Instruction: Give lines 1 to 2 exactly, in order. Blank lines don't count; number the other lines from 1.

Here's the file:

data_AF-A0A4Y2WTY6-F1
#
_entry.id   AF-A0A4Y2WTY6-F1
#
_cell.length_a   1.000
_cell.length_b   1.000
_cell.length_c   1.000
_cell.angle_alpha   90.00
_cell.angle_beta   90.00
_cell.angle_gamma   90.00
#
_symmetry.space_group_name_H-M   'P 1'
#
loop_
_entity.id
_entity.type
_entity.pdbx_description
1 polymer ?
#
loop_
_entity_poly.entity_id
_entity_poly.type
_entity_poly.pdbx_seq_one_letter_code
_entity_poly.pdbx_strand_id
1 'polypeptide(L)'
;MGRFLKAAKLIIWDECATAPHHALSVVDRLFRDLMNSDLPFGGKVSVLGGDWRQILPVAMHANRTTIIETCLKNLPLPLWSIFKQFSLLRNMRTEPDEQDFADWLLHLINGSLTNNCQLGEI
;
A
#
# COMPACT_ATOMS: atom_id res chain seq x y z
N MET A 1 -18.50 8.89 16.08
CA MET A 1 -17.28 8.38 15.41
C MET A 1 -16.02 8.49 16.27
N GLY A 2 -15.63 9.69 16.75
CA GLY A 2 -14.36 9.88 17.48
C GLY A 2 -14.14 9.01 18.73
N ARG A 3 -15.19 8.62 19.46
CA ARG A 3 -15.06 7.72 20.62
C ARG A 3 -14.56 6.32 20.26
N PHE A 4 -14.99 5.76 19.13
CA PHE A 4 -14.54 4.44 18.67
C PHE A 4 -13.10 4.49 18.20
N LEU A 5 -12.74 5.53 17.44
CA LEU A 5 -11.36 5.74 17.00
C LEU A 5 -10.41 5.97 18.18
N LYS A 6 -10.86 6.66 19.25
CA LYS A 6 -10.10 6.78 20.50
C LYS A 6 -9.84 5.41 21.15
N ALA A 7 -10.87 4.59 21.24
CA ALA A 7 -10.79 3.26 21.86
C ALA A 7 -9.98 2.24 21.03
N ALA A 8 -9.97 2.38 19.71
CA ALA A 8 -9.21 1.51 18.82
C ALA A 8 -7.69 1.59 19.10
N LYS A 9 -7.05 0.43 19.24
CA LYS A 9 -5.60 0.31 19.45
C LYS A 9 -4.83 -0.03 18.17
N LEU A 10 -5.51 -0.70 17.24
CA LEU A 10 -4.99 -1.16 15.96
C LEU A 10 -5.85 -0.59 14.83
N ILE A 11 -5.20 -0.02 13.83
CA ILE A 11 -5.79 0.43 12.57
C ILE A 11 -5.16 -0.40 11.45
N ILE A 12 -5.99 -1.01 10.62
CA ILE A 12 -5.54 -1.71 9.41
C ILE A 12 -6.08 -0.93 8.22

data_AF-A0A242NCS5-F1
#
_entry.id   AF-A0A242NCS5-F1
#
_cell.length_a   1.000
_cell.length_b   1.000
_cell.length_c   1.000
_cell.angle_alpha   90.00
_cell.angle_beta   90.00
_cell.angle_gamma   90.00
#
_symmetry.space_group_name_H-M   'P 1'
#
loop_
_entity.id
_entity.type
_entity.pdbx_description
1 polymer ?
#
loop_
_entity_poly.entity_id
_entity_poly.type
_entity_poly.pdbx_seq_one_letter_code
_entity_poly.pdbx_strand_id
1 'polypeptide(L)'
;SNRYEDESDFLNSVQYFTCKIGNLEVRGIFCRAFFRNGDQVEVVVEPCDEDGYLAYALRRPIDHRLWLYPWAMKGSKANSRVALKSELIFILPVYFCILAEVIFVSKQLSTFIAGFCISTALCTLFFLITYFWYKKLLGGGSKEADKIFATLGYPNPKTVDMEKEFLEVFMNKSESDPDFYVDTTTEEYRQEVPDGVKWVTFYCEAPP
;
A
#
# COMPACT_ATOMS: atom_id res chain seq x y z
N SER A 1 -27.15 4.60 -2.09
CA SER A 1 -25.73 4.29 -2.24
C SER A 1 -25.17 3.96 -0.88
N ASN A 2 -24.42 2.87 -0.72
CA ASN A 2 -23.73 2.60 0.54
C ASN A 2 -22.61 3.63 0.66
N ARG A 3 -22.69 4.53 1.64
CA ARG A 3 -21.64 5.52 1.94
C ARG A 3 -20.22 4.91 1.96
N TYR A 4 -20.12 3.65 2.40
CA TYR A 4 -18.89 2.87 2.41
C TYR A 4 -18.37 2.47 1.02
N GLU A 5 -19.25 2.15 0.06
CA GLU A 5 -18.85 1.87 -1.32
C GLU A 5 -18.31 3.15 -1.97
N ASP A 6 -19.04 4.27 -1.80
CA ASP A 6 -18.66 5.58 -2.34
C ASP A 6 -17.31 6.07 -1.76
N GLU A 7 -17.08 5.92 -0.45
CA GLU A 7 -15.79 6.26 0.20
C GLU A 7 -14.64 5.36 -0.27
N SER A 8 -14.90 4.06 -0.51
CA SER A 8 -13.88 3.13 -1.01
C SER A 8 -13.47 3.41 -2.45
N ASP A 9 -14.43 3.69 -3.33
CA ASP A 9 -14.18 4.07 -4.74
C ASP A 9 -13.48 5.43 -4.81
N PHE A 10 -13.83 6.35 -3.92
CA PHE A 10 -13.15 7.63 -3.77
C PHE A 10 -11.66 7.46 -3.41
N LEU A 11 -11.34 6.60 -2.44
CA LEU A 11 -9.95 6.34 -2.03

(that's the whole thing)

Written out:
data_AF-A0A4Y2WTY6-F1
#